This week is a good time to catch up on a couple of old school Richmond Why Richmond, Why?!? questions -- the ones that I love best.
I and many other friends of mine love running down at Belle Isle. We were running yesterday morning and noticed A LOT of litter. It's such a nice place to go but there is so much trash and riff-raff it's not my first choice anymore. Our questions are:
1. Can [Richmond Police] or similar person have this great place as part of their "beat" and fine anyone who litters?
2. How come the isle is not closed at sunset like many other parks in the area? This may help deter some of the littering and loitering problems that are evident. - P.P.
It is no secret that I love the James River Park System. As a volunteer for the Friends of James River Park, James River Outdoor Coalition and Richmond MORE, I have helped steward the parks and help keep the riverfront clean and free of graffiti vandalism. Through some of that volunteering, I've been an observer in organizational meetings where the Richmond Police Department's coverage of the JRPS has been discussed many times and we have battled the trashing of the park for more than 40 years.
I want to make it clear, my opinions and observations are mine and may not necessarily reflect those of the previously mentioned organizations. I am not representing those organizations in this column.
Two years ago, I wrote the Top 10 Ways Richmonders Are Ruining the James and the Top 10 Ways Richmonders Are Helping the James and I think both are still applicable today. We can do better caring for the environment and no amount of policing or hiring more park staff would help if park-goers themselves aren't willing to take ownership of the parks and be a part of the solution.
At just 54 acres, Belle Isle is very popular and probably sees way more visitors than it should. Pony Pasture is often over crowded and at times has litter control issues. I clean trash everywhere and question why people would think it is OK to leave trash anywhere, much less such a beautiful place like the James River.
As for police in the park, there is a difference between lawlessness and what we have, which is perhaps a little "live and let live." From my experience, Richmond Police are much more concerned about drug and alcohol abuse than litter in the park and they are woefully outnumbered on their patrols. On peak days, there is a bike patrol officer on the north side of Belle Isle and another on the south side that also patrols the trails to Forest Hill Park and in between. Honestly, we've got it much better now than we used to.
All parcels of the James River Park System open at sunrise and close at sunset. Of course, there are spots -- like the southside rocks at Belle Isle -- where people tend to sneak out there late or stay out later than the posted signs say. From my experience, as long as these folks aren't drawing attention to themselves -- public drinking and drugging, trashing the place and starting bonfires -- Richmond Police doesn't get involved (unless they are reported).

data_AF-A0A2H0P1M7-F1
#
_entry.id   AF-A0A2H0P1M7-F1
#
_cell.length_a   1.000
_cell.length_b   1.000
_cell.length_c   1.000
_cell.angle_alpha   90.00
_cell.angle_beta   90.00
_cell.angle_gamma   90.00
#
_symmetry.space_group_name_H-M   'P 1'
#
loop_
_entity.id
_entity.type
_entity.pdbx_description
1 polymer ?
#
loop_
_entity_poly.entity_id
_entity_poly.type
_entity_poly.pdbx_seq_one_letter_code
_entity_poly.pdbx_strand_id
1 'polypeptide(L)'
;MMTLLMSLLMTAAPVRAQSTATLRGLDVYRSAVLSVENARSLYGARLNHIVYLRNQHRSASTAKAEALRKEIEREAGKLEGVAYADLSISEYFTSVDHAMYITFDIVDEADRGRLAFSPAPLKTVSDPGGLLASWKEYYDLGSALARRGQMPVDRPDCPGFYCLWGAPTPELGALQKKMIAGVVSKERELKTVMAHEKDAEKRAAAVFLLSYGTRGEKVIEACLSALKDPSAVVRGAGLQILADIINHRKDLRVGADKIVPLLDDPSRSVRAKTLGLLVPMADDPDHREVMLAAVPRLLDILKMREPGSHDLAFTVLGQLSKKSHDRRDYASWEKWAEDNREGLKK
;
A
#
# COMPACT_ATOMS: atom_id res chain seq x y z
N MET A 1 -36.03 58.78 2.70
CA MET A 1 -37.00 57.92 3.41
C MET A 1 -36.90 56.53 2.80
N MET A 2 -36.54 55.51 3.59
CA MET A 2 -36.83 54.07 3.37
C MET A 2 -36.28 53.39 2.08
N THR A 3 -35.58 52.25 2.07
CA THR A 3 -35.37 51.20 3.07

Some may think I'm a jerk for doing this, but I tweeted about an illegal bonfire on the southside rocks at Belle Isle last week:
Like I said, the police may not get involved in some situations unless concerned citizens respond (RPD replied and said to call 646-5100, and they prefer not to have incidents "reported" by twitter).
The numbers in the past year (6/01/2013 to 5/31/2014) back this up (although the reporting may be somewhat inaccurate). The Richmond Police Department's Crime Incident Information Center can be a useful reporting tool -- if you know how to search. Most of the other category involved citations for drinking in public and alcohol violations, but no mention of litter.
|Neighborhood||Homicide||Sex offense||Robbery||Assault||Burglary||Vice||Theft||Vehicle theft||Other|
|BELLE AND MAYO ISLANDS||0||0||1||3||0||4||16||0||58|
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This second question addresses another love of mine, public art.
On Instagram recently, someone took a picture of the marker established by the highway department that marks the center of Richmond. From this marker, all signs along the highway tell how far one has to drive before reaching Richmond. Where exactly is this marker? It only looked be about two or three feet high and was rather nondescript in nature. - D.R.
My reputation precedes me! Full disclosure, I'm a Richmond statue, monument and sculpture nerd. I was photographer and editor for Discovering Richmond Monuments: A History of River City Landmarks Beyond the Avenue, which qualifies me to answer this question.
I search long enough to find the photo the reader is referring to, which is the Zero Milestone marker, located just east of the intersection of Grace and 9th streets at the northwestern corner of Virginia State Capitol Square, downtown Richmond. The user posted a second photo on Instagram that confirmed it.
The three-foot tall stone and bronze marker is the is the official Virginia highway point of measurement of distances from Richmond for Virginia. The nondescript marker is an easy point to miss among the many sculptures and monuments on the grounds of Capitol Square. An inscription says “Zero Milestone, Virginia Highways.” It is located at N 37° 32.380 W 077° 26.046 18S E 284947 N 4157525.
Phil Riggan loves Discovering Richmond. Follow him on twitter @RigganRVA. He is currently graduate student working on his Masters degree in Urban Planning at VCU.